The average charging current is monitored by means of an integrating amplifier U2A and a comparator U2B, both of the type TLC252. The voltage across the current measuring resistor R5 is filtered by means of a low-pass filter R6/C6 and is amplified by the amplifier U2A, the gain factor being adjustable by means of a feedback resistor R14 to a value adapted to the type of battery. The comparator U2B compares the output voltage of the amplifier U2A with a reference voltage generated by a zener diode D5, which receives a bias current from the voltage supply Vdd via a resistor R9. The output of the comparator is high if the applied voltage is higher than the reference voltage. In that case the reset input R of a second retriggerable one-shot U1B of the type HEF4538 is pulled high via a Schottky diode D7. The battery voltage of the battery B is monitored by the battery management unit BMU, which signals a full battery with a low signal, which is inverted by an NMOS transistor T3 and a resistor R11 in series with the drain of the transistor T3. The signal on the drain of the transistor T3 is also applied to the reset input of the one-shot U1B via a Schottky diode D6. The output Q of the one-shot U1B drives the gate of the transistor T2 by means of which the diode D4 is temporarily short-circuited during the breaks if a voltage pulse is to be applied to the power supply unit. The duration of the voltage pulse is determined by a resistor R3 and a capacitor C4 connected to the terminals RC and CX of the one-shot U1B. A voltage pulse is generated only if the reset input R of the one-shot U1B is high, i.e. if the average current is too large or if the battery is full.
FIG. 7 shows the shaver SVR of FIG. 1 with the motor M which drives the shaving heads SH. The motor M is started with the switch SW, which connects the motor M to the rechargeable battery B, which together with the other electronic components, for example those of the circuit shown in FIG. 6, is accommodated on a printed circuit board PCB in the shaver SVR. FIG. 7 further shows the power supply unit PSU of FIG. 2, which has an integrated mains plug PLG and the two-wire connecting cord CRD, which can be coupled to an inlet (not shown) of the shaver SVR by means of an outlet OTL.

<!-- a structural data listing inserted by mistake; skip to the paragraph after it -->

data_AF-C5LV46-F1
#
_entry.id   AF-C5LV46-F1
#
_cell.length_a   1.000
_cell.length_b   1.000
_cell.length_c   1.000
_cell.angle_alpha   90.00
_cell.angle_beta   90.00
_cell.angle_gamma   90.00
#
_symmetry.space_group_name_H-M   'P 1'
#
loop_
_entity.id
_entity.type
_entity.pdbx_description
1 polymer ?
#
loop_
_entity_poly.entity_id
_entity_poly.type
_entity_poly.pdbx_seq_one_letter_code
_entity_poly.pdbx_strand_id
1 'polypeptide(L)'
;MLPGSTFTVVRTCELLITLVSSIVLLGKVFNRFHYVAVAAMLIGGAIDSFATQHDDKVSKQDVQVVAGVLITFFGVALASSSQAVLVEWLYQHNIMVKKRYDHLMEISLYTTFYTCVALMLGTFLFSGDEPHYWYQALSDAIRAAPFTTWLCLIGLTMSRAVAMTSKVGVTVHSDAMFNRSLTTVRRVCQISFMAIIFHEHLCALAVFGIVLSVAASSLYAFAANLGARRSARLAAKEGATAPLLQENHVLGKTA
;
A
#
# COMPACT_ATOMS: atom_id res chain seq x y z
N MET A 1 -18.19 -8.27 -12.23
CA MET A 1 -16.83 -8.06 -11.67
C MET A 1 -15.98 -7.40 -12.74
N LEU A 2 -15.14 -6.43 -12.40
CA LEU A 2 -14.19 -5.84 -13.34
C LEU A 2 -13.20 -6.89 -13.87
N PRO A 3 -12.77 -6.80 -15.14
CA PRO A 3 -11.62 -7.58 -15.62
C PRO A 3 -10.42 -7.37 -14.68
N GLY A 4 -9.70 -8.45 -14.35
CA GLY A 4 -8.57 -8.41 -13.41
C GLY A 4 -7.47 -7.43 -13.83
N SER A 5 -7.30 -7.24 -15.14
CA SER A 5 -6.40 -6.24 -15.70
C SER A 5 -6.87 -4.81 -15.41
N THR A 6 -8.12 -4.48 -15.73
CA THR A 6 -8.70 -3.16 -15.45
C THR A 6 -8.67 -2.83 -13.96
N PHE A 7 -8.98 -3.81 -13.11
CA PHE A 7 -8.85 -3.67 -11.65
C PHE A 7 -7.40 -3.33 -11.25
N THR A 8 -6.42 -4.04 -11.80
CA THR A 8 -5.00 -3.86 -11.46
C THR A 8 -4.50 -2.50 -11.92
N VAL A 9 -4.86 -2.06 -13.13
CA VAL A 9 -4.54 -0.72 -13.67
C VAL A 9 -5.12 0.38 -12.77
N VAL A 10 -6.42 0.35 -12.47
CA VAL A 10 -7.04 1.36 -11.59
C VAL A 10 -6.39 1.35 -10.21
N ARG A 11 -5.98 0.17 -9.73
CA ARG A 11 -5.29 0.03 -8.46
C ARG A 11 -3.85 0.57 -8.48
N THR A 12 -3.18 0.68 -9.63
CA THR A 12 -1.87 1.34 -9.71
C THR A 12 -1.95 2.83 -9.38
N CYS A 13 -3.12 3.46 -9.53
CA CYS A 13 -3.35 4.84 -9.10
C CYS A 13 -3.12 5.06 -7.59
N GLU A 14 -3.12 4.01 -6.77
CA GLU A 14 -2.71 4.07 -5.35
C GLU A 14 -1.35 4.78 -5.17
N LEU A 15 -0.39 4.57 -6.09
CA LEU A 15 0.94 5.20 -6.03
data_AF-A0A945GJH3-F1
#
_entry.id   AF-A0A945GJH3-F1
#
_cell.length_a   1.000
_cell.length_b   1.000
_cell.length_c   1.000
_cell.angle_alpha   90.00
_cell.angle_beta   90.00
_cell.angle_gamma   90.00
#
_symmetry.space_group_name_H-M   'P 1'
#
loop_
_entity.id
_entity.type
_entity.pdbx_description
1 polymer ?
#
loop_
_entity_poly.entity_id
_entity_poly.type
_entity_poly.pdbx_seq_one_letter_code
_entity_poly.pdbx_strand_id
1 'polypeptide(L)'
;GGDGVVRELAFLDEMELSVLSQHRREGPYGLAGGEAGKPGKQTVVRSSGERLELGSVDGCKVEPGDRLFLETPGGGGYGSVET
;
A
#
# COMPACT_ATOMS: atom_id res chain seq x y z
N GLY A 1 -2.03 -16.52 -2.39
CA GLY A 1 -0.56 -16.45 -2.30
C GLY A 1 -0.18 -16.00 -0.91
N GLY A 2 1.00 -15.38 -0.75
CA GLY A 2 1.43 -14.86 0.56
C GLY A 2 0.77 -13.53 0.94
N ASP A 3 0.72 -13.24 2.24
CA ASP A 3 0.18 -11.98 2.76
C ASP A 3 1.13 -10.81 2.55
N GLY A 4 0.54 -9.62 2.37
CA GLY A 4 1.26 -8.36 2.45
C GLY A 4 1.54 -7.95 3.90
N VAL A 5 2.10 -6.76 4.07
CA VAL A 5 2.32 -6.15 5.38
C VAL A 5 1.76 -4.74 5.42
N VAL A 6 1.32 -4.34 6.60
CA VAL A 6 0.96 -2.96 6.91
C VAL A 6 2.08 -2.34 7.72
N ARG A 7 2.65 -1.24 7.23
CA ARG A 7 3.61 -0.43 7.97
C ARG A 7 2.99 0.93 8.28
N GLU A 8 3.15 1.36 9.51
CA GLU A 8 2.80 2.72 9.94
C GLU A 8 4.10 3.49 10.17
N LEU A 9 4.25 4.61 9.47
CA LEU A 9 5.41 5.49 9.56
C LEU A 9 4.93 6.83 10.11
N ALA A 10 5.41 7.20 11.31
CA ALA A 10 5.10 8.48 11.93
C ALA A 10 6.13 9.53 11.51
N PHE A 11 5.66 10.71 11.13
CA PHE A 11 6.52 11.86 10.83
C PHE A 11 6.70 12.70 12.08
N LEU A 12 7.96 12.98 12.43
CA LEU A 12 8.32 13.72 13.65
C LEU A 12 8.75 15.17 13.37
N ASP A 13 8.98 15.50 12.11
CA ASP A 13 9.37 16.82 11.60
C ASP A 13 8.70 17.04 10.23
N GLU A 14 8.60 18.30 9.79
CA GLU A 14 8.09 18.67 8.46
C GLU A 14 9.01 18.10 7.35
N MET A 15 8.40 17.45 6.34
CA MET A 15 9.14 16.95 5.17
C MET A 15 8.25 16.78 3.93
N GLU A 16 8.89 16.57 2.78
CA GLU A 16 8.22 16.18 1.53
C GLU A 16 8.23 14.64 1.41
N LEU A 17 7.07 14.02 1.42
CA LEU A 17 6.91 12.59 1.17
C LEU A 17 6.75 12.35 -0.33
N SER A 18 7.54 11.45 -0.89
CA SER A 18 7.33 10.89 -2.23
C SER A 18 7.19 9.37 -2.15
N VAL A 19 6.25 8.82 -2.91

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|WO2003028197A2 *||Sep 6, 2002||Apr 3, 2003||Koninklijke Philips Electronics N.V.||Split topology power supply architecture|
|WO2003028197A3 *||Sep 6, 2002||Jun 10, 2004||Koninkl Philips Electronics Nv||Split topology power supply architecture|
|WO2013026037A2 *||Aug 17, 2012||Feb 21, 2013||Bias Power, Inc.||Current regulated power supply with dynamic voltage control|
|WO2013026037A3 *||Aug 17, 2012||May 15, 2014||Bias Power, Inc.||Current regulated power supply with dynamic voltage control|
|U.S. Classification||320/132, 320/114|
|International Classification||H02J7/10, H02J7/00|
|Cooperative Classification||H02J7/0004, H02J7/0068|
|European Classification||H02J7/00B1, H02J7/00L|
|Nov 25, 1997||AS||Assignment|
Owner name: U.S. PHILIPS CORPORATION, NEW YORK
Free format text: ASSIGNMENT OF ASSIGNORS INTEREST;ASSIGNOR:ETTES, WILHELMUS G.M.;REEL/FRAME:008823/0141
Effective date: 19970807
|Jul 1, 2002||FPAY||Fee payment|
Year of fee payment: 4
|Jun 29, 2006||FPAY||Fee payment|
Year of fee payment: 8
|Aug 16, 2010||REMI||Maintenance fee reminder mailed|
|Jan 12, 2011||LAPS||Lapse for failure to pay maintenance fees|
|Mar 1, 2011||FP||Expired due to failure to pay maintenance fee|
Effective date: 20110112